“Mommy is right here. You know I won’t let you get hurt, right?”
“Right . . .” Tiny arm wraps around my neck, clutching me in a death grip.
“You know that I will be here the whole time, right?”
“Right . . .” Little fingers clutch at my hair.
“You’re going to have to trust me.”
“But I don’t trust you!” she wailed at a paint peeling decibel. I’m sure the neighbors were quite certain I was committing various acts of torture instead of just trying to get my child to float in the pool with her life jacket on.
Proverbs 3:5 ESV “Trust in the Lord with all your heart, and do not lean on your own understanding.”
I am asking her to trust me, not her own perceptions, but she can’t see that from just a few weeks old, I’ve been teaching her to swim. First we got her used to water, got used to getting her face wet, pouring water over her head, then we worked on blowing bubbles, then floating in various inflatables and life jackets, learning to kick and paddle even in the tub, then learning to lay flat in the water, kick with straight legs, pull with her arms. It was step by step, inch by inch, but she can’t see that. All she sees is “deep” water and I’m asking her to jump in with nothing to hold her up, promising her that I’ve given her the tools to swim, and that I’ll be there when she falters. But she is struggling to trust what she cannot see or understand.
So how will she ever trust me in the future when I try to stop her from making a huge poor decision, when she needs to respect and believe my wisdom? I am sure I will get many chances to answer this question in far fewer years than I would like, but for today the answer is swimming lessons that are really ‘trust me’ lessons.
I immediately switched my plan from trying to teach her to swim to teaching her that she can trust me. Someone might ask, “Shouldn’t she just trust you, you’ve been there her whole life?”Of course, but what will it hurt to show her again? Why not let her see that in everything, she can trust and believe me?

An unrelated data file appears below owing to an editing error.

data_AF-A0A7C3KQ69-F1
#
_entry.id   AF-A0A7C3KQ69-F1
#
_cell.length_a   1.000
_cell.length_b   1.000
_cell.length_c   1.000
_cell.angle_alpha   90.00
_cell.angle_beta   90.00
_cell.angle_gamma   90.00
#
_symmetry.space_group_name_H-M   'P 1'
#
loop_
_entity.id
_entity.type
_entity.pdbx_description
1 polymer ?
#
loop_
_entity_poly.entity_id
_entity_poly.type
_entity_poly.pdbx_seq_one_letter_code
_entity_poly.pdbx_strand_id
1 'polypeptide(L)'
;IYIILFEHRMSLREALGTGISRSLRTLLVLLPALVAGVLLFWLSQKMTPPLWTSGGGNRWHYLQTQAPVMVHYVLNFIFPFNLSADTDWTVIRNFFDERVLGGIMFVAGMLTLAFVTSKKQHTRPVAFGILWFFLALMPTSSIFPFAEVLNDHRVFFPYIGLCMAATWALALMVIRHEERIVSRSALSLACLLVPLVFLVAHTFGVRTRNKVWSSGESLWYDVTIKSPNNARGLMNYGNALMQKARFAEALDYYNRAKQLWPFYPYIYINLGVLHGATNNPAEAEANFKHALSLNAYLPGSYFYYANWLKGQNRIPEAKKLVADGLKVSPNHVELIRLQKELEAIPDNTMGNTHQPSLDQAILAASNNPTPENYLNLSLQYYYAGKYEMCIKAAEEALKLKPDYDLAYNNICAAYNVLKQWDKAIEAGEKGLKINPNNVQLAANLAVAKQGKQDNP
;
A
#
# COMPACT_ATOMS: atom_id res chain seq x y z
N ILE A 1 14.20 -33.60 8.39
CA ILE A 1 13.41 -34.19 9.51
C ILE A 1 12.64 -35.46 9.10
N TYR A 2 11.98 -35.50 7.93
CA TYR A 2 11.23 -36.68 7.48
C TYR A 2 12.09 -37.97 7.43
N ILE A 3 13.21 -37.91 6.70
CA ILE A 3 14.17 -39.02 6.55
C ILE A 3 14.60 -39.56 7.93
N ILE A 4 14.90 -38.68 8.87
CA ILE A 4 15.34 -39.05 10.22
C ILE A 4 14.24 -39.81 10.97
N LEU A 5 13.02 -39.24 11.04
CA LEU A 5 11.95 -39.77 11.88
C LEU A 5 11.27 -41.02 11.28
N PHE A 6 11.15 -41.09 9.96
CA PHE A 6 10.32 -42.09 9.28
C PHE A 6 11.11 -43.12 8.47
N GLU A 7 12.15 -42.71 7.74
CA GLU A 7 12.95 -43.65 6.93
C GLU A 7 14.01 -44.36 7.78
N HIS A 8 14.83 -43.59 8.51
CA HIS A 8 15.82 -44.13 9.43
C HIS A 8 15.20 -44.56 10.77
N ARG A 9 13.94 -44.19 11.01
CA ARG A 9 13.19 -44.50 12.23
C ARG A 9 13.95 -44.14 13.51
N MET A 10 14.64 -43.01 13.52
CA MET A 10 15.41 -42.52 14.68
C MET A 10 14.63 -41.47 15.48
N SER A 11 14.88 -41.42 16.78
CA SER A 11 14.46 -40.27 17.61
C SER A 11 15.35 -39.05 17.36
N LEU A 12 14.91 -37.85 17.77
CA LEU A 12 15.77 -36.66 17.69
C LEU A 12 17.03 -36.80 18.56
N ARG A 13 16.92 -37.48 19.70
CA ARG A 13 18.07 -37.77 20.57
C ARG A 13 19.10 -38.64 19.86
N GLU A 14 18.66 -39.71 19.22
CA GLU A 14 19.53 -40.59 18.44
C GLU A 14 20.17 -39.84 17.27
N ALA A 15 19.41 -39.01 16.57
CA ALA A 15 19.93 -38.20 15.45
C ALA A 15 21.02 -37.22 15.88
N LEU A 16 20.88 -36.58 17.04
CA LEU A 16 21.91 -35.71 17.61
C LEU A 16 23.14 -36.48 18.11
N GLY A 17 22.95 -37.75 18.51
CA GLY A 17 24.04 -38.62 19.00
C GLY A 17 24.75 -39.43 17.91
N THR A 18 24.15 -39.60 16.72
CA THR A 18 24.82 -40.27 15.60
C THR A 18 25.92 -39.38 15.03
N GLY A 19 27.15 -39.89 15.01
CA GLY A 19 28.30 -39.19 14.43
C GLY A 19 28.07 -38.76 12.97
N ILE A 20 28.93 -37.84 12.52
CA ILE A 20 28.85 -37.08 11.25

At some point, she will have to make a choice to look at who I’ve been to her and decide to trust me or not, but at 4, showing her that she can trust me gives her more evidence to trust me in the future. When I think about trusting God, we can look at the Bible and our lives and see He has forever been faithful and trustworthy. He proved it, over and over. I need to demonstrate that kind of steadfastness for her.
“I won’t let go until you say I can.” was my new mantra for the day. We still had quite a bit of screaming, but I just got quieter and closer every time she was scared. I’m just like most of you, winging this whole parenting gig, but I’m trying to understand who God wants me to be for her. Somehow, I just knew that she needed me to be close and comforting, and start small.
I put her chin on my shoulder, my hands under her tummy, my cheek against her cheek as she practiced kicking and paddling. When she got scared or nervous about falling, I whispered to her, like I picture God whispering to my heart when I need to hear Him, when I’m afraid, when trusting Him seems impossible even though I know He loves me, created me, knows me inside and out (better than I know myself, better than I know my daughter).
Psalm 56:3 ESV “When I am afraid, I put my trust in you.”
It is easy to panic when we’re afraid. It is easy to be scared. When non-Christians see a believer meet a tough situation with strength and peace, they are often surprised to see such calm. We aren’t calm because everything is easy, but because we know God is trustworthy. He has us in the palm of His hand. God doesn’t promise us an easy life, but he promises us help to live it. He promises to be present for us in the darkest times, to hold us up when the world is trying to drag us down.
It took a long time, but she started to quiet down, to know I was with her. To be able to know I wasn’t letting go and would pick her up if she fell. That first day, we spent most of the time just working on trust. It was really hard for me not to push her to swim on her own, but just to let her get comfortable in my hands. We just did everything slowly, I held her tightly. I let her decide when she was brave enough to let go of me.